Use attorney when considering multi-state estate plan
By Meghan Walsh | Cleveland Jewish News
When it comes to owning property in two different states, you may wonder how to manage these in your estate plans. Consulting with an estate planner can be very helpful in making sure that all of your properties are covered, making for a smoother transition for your inheritors.
Susie Friedman, a partner at KJK, and Gary Zwick, a partner at Walter | Haverfield, both in Cleveland, discussed best practices for ensuring multi-state estate plans are done correctly.
“If someone has real estate or other tangible property, maybe a boat, in another state, the best option would be to create a trust that can hold all their real estate,” Friedman advised. “They don’t necessarily need one for each state. They can assign or deed their property to the trust regardless of what state the property is in.”
Some assets inherited require taxes be paid by the inheritors and the taxes will be determined by the laws of the state in which the asset is located, Friedman confirmed.
Friedman conveyed one mistake people commonly make is not creating a trust. When a person fails to do so, assets will go to probate. Other mistakes may be improperly titling the property in their trust or not funding the trust.
“When those things happen, there ends up needing to be what’s called an ancillary probate and that means a probate estate needs to be opened in that other state,” Friedman explained. “So there may be two probate estates going on in two different states. There (are) no advantages to (that).”
She explained having two estates going through probate simultaneously in two different states can be costly in attorney fees, court costs and time. It may also lead to a lengthy period before beneficiaries can obtain the assets left to them.
“It can really hold up the time it takes to close the probate estate,” Friedman noted.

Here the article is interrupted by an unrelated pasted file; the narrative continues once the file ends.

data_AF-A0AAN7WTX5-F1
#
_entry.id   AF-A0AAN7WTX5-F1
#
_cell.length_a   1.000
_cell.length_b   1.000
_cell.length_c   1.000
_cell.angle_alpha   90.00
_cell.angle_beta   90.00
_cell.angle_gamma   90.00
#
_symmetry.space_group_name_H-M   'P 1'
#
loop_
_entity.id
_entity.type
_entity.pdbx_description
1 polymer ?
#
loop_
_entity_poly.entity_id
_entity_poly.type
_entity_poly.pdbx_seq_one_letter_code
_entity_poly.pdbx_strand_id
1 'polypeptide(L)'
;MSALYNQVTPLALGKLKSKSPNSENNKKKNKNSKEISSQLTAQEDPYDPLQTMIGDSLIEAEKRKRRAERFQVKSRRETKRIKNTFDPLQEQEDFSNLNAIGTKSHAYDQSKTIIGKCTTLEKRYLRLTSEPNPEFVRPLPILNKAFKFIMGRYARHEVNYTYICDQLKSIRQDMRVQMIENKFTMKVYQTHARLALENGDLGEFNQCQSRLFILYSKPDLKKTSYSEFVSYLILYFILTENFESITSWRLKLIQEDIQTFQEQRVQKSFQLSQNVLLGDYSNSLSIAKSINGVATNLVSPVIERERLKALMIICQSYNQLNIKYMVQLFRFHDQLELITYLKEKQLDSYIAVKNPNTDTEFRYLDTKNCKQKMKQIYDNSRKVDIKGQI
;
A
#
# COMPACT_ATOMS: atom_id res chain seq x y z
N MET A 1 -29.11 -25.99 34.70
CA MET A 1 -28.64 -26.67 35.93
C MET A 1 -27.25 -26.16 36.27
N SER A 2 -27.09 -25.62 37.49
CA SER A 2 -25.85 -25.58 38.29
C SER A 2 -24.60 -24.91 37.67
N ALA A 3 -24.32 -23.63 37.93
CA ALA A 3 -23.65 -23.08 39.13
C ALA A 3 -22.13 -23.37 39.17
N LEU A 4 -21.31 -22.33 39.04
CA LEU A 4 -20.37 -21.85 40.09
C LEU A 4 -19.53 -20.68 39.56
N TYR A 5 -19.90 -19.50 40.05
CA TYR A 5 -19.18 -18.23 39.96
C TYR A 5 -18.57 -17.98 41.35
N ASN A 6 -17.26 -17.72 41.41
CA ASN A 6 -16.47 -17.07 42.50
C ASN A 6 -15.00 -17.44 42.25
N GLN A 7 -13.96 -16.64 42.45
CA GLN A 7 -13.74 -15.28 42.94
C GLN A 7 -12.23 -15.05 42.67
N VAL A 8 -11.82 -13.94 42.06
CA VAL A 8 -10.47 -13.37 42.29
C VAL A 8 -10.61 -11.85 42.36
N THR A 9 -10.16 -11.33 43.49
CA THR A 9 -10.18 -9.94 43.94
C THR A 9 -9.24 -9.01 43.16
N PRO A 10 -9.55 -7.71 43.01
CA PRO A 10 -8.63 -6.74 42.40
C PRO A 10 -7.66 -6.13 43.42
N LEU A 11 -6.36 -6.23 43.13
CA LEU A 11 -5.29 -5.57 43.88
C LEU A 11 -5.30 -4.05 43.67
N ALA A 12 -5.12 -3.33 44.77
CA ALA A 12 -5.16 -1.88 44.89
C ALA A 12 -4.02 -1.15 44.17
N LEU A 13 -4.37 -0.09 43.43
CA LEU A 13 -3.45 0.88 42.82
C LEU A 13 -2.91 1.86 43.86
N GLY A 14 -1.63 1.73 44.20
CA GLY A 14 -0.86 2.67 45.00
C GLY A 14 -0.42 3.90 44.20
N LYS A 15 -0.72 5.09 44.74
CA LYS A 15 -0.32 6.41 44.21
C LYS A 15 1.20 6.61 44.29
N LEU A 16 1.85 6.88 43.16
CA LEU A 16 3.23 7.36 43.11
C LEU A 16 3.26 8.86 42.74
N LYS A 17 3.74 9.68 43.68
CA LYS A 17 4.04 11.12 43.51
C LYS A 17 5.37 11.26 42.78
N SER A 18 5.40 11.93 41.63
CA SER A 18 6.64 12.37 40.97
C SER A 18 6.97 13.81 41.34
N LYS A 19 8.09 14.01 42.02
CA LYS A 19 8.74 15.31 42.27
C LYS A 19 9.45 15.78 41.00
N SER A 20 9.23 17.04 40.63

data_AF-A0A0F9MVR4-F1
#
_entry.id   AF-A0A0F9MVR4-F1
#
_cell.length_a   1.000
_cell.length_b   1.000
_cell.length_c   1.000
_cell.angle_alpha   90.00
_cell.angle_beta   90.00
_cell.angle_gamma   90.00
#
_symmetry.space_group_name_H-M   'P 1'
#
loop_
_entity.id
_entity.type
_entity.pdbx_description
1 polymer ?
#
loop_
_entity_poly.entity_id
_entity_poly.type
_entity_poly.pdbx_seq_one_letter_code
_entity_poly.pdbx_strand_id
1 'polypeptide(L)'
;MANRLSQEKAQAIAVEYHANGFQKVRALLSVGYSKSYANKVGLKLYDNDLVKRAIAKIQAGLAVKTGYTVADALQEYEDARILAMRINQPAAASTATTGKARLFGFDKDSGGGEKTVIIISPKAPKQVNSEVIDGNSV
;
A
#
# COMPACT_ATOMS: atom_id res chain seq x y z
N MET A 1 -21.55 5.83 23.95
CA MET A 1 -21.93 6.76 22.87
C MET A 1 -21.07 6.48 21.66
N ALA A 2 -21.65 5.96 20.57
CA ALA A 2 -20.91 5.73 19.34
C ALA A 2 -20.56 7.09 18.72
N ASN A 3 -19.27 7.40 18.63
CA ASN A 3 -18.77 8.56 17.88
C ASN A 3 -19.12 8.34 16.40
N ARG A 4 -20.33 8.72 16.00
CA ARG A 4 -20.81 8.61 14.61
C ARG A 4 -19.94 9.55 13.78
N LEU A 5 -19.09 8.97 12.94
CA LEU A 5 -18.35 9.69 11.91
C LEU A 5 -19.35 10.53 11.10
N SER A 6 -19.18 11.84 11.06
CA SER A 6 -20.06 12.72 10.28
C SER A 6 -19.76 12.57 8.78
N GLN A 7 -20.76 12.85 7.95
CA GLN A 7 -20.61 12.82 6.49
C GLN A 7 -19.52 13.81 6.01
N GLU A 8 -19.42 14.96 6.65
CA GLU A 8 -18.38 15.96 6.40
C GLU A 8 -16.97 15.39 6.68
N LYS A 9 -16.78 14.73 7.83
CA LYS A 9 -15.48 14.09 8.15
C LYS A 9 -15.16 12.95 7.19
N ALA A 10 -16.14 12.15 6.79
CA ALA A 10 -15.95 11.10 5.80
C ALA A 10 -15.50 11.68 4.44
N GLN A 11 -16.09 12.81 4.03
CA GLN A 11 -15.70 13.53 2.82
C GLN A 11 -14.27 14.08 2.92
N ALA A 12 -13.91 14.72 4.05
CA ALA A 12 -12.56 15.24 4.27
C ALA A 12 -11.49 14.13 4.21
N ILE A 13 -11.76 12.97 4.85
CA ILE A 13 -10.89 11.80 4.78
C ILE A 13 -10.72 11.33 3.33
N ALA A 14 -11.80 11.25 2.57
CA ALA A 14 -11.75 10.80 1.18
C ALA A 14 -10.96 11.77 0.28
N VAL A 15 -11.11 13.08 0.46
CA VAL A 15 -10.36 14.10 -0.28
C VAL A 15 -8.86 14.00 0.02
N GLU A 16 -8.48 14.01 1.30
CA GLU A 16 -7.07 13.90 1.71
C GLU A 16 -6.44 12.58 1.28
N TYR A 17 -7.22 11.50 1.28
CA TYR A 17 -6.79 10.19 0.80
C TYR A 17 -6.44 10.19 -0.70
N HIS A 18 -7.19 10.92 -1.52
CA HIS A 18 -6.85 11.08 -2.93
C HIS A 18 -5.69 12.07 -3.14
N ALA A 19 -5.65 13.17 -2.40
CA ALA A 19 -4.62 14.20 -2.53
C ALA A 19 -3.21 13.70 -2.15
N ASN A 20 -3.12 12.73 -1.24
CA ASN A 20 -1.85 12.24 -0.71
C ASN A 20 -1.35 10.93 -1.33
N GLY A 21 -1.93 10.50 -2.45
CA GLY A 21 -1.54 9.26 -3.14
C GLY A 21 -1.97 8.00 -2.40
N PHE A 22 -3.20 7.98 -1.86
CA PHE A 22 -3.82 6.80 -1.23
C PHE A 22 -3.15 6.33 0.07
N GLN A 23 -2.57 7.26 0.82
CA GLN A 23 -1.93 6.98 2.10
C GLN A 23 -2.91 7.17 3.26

There are other ways, besides using a trust, to avoid filing an ancillary estate, she conveyed. Most, but not all, states allow an estate holder to file a “transfer on death affidavit,” also known as a “transfer on death deed,” which allows property to go directly to a beneficiary without needing to go through probate. An real estate owner may also avoid probate by appointing a co-owner with survivorship rights on the deed. Ohio is among the states that allow this.
“If you have real estate, like a second home, in another state (and) you die owning that individually, you’re going to have to probate that in the state where it’s located,” Zwick said. “Ordinarily, we would try to avoid probate in multiple jurisdictions. Ordinarily, we would try to avoid probate entirely.”
Like Friedman, Zwick pointed out that a co-owner with survivorship is an option for avoiding probate.
“If there is no surviving spouse, or after the first one dies, (they) might transfer (the estate) to their revocable trust,” Zwick stated.
Zwick relayed that each state has different requirements.
“If you’re going to move to another state or have property in another state, it’s often a good idea to have someone on the ground there who knows local law,” Zwick recommended.